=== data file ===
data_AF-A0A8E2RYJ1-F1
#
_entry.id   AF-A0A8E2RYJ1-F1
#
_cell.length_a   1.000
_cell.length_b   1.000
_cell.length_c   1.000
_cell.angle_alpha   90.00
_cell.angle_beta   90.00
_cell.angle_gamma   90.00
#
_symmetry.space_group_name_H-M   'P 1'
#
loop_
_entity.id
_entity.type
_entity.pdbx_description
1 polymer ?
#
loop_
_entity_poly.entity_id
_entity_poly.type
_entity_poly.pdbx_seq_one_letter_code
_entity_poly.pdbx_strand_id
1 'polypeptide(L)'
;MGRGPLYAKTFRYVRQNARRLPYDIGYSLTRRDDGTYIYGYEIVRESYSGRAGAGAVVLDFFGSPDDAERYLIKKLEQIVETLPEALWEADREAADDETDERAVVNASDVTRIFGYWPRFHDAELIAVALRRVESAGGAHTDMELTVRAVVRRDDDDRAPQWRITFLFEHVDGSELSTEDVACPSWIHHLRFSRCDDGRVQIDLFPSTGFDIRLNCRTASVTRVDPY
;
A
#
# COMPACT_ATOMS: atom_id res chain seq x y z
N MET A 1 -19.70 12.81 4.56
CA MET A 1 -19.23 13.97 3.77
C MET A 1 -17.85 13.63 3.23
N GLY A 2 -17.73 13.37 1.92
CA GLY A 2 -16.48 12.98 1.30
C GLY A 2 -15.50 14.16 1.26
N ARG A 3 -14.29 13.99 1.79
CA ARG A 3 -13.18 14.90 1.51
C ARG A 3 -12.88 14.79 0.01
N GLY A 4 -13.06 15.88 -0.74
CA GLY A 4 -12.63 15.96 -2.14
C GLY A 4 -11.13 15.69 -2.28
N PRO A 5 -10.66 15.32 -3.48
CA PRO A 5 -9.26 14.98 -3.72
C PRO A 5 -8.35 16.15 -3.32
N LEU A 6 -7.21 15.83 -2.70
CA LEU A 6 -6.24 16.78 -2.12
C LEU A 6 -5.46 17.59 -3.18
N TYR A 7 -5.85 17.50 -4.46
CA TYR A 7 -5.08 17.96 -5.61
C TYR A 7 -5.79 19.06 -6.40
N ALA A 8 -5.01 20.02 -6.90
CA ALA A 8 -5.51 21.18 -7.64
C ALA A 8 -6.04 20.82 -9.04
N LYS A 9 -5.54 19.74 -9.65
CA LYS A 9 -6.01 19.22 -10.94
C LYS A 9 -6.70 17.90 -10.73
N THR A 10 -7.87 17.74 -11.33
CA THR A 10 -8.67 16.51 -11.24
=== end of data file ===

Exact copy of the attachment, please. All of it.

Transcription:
data_AF-A0A8E2RYJ1-F1
#
_entry.id   AF-A0A8E2RYJ1-F1
#
_cell.length_a   1.000
_cell.length_b   1.000
_cell.length_c   1.000
_cell.angle_alpha   90.00
_cell.angle_beta   90.00
_cell.angle_gamma   90.00
#
_symmetry.space_group_name_H-M   'P 1'
#
loop_
_entity.id
_entity.type
_entity.pdbx_description
1 polymer ?
#
loop_
_entity_poly.entity_id
_entity_poly.type
_entity_poly.pdbx_seq_one_letter_code
_entity_poly.pdbx_strand_id
1 'polypeptide(L)'
;MGRGPLYAKTFRYVRQNARRLPYDIGYSLTRRDDGTYIYGYEIVRESYSGRAGAGAVVLDFFGSPDDAERYLIKKLEQIVETLPEALWEADREAADDETDERAVVNASDVTRIFGYWPRFHDAELIAVALRRVESAGGAHTDMELTVRAVVRRDDDDRAPQWRITFLFEHVDGSELSTEDVACPSWIHHLRFSRCDDGRVQIDLFPSTGFDIRLNCRTASVTRVDPY
;
A
#
# COMPACT_ATOMS: atom_id res chain seq x y z
N MET A 1 -19.70 12.81 4.56
CA MET A 1 -19.23 13.97 3.77
C MET A 1 -17.85 13.63 3.23
N GLY A 2 -17.73 13.37 1.92
CA GLY A 2 -16.48 12.98 1.30
C GLY A 2 -15.50 14.16 1.26
N ARG A 3 -14.29 13.99 1.79
CA ARG A 3 -13.18 14.90 1.51
C ARG A 3 -12.88 14.79 0.01
N GLY A 4 -13.06 15.88 -0.74
CA GLY A 4 -12.63 15.96 -2.14
C GLY A 4 -11.13 15.69 -2.28
N PRO A 5 -10.66 15.32 -3.48
CA PRO A 5 -9.26 14.98 -3.72
C PRO A 5 -8.35 16.15 -3.32
N LEU A 6 -7.21 15.83 -2.70
CA LEU A 6 -6.24 16.78 -2.12
C LEU A 6 -5.46 17.59 -3.18
N TYR A 7 -5.85 17.50 -4.46
CA TYR A 7 -5.08 17.96 -5.61
C TYR A 7 -5.79 19.06 -6.40
N ALA A 8 -5.01 20.02 -6.90
CA ALA A 8 -5.51 21.18 -7.64
C ALA A 8 -6.04 20.82 -9.04
N LYS A 9 -5.54 19.74 -9.65
CA LYS A 9 -6.01 19.22 -10.94
C LYS A 9 -6.70 17.90 -10.73
N THR A 10 -7.87 17.74 -11.33
CA THR A 10 -8.67 16.51 -11.24